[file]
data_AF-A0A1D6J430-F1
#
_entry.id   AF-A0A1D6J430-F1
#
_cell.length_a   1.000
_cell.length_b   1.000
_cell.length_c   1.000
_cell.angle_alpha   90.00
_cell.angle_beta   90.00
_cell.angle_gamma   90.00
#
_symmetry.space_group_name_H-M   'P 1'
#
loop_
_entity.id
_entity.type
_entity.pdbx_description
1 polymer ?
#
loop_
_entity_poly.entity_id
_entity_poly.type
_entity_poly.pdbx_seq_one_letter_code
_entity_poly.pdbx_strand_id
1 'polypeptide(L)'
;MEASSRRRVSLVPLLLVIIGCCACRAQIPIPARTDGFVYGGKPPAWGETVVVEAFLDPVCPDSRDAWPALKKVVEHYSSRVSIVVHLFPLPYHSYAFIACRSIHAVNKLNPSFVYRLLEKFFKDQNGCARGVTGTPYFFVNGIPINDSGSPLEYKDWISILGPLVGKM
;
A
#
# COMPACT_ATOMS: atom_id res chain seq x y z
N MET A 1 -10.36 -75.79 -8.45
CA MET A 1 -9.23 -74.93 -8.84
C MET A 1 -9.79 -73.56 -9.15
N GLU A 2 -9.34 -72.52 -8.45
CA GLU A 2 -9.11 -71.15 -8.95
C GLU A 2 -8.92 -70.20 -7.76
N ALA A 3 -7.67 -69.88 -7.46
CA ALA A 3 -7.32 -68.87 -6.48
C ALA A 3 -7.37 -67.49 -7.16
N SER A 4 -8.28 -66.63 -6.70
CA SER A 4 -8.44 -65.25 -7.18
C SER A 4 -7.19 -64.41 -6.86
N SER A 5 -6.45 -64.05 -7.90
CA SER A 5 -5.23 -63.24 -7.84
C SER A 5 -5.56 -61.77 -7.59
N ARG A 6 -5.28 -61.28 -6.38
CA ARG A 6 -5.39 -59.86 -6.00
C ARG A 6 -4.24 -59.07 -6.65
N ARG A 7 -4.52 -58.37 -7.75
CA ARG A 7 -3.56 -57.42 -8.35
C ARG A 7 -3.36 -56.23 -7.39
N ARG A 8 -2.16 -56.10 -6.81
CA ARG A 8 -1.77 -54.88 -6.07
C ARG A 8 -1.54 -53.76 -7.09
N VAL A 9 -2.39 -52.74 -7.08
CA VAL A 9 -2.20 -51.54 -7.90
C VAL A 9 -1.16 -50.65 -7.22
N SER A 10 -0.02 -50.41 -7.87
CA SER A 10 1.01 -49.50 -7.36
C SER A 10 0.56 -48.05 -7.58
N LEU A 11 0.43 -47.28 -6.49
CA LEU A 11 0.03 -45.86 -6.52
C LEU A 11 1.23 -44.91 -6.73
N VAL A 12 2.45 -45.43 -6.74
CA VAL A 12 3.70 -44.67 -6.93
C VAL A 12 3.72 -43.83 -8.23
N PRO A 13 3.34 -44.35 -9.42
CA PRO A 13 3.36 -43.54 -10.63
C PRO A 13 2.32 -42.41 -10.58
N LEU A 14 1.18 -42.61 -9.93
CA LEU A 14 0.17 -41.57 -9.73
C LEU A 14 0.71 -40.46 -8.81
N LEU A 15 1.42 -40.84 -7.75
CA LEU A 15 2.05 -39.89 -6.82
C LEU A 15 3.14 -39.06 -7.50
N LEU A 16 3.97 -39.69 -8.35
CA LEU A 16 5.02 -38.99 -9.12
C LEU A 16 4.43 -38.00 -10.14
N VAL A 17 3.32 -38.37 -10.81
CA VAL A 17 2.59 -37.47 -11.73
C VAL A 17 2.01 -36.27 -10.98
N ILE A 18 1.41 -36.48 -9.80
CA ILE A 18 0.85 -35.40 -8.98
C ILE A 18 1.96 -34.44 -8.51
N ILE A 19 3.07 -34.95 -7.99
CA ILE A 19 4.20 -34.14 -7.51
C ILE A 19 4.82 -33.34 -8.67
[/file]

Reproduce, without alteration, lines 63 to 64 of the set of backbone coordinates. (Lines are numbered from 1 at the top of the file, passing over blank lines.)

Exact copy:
C LEU A 11 1.23 -44.91 -6.73
N VAL A 12 2.45 -45.43 -6.74